Another way to think of it, think of slotless is the way things normally are. You are using slots for price reductions.

I would also skip the step where you restrict the item by class or alignment. They function more like security features than restrictions. It would be difficult for someone to steal them and then use them against you.

OmniMage wrote:
I would also skip the step where you restrict the item by class or alignment. They function more like security features than restrictions. It would be difficult for someone to steal them and then use them against you.

You know, I have never got this discount.

It IS like a security feature, so as to ensure others cannot use it. For that kind of effect I would say it should cost MORE, because it is a security feature, and it can't just be picked up and used by any old dude.

Really don't get the logic of Pathfinder sometimes.

Cheers

I would reserve some of the blame for Wizards of the Coast. They're the ones who designed 3rd edition. Paizo copied the book, made some mods, but kept most of the material.

*WotC made 3rd edition open source long ago, so anyone can release their own version. Don't try this with a rpg you don't know.

I remembered something. For prices, not every item is suitable for the slotless prices. The Pearls of Power are priced normally despite being slotless. I consider weapons to be slotless. Scrolls, potions, staves and many other item have their own rules for pricing.

Pathfinder Adventure Path, Companion, Lost Omens, Rulebook Subscriber

It IS like a security feature, so as to ensure others cannot use it. For that kind of effect I would say it should cost MORE, because it is a security feature, and it can't just be picked up and used by any old dude.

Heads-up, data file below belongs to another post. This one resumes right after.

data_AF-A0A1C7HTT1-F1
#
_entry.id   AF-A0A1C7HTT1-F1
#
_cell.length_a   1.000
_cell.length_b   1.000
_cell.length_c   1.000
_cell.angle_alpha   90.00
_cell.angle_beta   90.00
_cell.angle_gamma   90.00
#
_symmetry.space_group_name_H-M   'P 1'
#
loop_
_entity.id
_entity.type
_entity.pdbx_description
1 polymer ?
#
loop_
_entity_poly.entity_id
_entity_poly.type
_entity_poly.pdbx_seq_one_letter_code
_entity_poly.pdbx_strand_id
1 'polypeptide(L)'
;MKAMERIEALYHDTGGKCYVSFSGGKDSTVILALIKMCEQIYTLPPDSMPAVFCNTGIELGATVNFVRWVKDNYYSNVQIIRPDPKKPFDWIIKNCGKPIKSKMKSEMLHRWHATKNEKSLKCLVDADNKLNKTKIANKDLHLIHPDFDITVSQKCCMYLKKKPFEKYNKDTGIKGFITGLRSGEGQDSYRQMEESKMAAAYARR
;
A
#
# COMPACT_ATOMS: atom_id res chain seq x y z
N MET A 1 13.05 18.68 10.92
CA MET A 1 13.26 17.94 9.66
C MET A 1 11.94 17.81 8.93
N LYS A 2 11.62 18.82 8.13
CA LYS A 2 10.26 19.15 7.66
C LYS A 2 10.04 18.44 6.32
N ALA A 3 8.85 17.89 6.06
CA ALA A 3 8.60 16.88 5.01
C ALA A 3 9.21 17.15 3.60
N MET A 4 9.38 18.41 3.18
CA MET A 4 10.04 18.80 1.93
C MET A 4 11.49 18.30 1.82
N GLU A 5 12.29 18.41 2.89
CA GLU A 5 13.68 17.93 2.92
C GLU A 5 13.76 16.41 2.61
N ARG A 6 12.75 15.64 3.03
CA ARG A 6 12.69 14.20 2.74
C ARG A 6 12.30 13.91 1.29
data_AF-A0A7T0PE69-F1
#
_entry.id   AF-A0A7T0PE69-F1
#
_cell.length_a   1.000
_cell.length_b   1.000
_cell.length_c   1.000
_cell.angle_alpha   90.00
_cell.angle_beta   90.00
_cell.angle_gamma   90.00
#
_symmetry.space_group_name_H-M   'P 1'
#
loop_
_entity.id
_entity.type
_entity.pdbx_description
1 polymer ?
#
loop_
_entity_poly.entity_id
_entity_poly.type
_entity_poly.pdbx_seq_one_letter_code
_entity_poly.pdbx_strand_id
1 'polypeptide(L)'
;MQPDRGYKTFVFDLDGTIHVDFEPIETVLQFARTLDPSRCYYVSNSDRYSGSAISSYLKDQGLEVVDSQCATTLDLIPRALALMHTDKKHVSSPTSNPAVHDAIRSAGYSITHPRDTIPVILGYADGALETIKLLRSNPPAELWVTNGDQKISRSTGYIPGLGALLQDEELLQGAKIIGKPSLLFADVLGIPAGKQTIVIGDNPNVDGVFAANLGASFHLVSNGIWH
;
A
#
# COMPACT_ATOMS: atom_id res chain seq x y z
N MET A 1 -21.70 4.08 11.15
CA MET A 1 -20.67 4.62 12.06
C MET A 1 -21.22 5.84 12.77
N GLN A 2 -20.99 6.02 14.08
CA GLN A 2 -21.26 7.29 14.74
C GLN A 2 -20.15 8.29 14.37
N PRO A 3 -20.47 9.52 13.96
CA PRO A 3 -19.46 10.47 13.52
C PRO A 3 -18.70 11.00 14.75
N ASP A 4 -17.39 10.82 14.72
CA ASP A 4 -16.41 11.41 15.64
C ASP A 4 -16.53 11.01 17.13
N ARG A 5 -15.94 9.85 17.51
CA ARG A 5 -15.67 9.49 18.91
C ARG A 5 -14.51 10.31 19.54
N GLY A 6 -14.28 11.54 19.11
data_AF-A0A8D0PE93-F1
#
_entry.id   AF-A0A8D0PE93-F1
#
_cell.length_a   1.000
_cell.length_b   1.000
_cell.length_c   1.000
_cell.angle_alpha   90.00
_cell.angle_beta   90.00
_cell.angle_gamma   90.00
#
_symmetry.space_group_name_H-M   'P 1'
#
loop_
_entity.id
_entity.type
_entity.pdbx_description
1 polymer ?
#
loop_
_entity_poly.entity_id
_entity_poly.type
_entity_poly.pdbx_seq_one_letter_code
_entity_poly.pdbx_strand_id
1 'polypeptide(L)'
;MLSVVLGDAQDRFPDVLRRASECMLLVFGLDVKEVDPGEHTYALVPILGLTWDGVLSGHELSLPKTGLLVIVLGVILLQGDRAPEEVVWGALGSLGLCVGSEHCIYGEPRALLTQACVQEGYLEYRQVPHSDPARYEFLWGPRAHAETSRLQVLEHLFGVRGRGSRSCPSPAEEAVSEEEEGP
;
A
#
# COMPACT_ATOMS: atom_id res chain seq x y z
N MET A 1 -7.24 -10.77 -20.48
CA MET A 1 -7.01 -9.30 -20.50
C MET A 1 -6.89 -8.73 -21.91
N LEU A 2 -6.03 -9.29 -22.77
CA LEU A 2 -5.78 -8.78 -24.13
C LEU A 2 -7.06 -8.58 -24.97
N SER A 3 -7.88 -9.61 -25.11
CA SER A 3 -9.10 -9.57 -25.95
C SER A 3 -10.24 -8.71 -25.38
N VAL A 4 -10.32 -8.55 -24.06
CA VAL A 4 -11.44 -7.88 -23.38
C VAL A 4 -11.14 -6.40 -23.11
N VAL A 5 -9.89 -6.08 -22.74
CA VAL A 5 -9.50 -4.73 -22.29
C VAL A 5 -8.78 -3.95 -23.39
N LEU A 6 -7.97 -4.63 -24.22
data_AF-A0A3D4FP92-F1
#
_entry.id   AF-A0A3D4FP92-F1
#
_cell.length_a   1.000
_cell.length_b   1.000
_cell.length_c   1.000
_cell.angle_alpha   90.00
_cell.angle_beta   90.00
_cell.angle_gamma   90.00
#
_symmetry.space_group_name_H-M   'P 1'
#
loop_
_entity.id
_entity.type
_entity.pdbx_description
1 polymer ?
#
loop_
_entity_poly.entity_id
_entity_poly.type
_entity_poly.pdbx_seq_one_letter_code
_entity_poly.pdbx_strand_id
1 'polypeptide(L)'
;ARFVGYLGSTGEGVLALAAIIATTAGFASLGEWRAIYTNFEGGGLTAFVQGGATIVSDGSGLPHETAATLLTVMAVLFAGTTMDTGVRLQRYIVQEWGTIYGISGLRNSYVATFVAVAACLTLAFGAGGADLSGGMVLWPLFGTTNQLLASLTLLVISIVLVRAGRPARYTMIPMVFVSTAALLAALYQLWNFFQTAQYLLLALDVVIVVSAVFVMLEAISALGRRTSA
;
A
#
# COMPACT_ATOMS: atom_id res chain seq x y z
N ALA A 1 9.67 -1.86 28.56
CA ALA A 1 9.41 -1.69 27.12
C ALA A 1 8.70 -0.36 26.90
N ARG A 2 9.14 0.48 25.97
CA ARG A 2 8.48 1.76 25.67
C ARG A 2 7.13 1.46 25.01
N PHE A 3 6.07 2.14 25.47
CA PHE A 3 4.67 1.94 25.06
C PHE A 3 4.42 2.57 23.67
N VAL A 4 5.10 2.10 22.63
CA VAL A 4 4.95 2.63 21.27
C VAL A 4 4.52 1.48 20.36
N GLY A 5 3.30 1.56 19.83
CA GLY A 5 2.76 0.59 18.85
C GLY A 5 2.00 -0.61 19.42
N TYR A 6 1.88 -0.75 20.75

Really don't get the logic of Pathfinder sometimes.

It makes perfect sense that you would have to sell an item like this for less, but not that you can craft it for less. Unfortunately, those two are always related to each other. The original focus of the crafting rules was to help GMs develop custom magic items and determine a fair market price for them. Players crafting custom items was much less of a focus.

Using the modifier for market value, but not crafting cost works out pretty well for this type of thing though, making it a security feature that costs if you ever want to sell the item on and not getting a discount to create. You only get a bargain if you happen to find an item that matches you up for sale (which only happens if the GM wants it to happen anyway).

The only time in a previous character's massive crafting that I ever used the 30% discount was to limit a sacred bonus to only the faithful. I did this because of the theme, not for the savings.

That said, the general GM guide is: A restriction that does not restrict is not a restriction. That is to say, an item that only you can use does not get you a discount.

The formula for a 5 1st level spells w/1 at CL 2 not 1 is:
one item: 720 + 4*(360)*1.5 = 2880
slotless: 720*2 + 4*360*2 = 4320

When slotless, it is better to make separate, then if one gets zapped, the rest are still there. Likewise, if one is stolen, the replacement cost is less.

With all this said, it is actually the second rule. The first is to see the price of a similar thing. Closest I can think of is the Cloak of the Hedge Wizard. These give a 0th level spell at will and two 1st level spells 1/day. Formula for that is: 900 + 2*360*1.5 = 1980. The actual price is 2500. Using the same ratio, your prices go: 2880 -> 3636.36; 4320 -> 5454.54. As a GM I would round to 3625 and 5450.

/cevah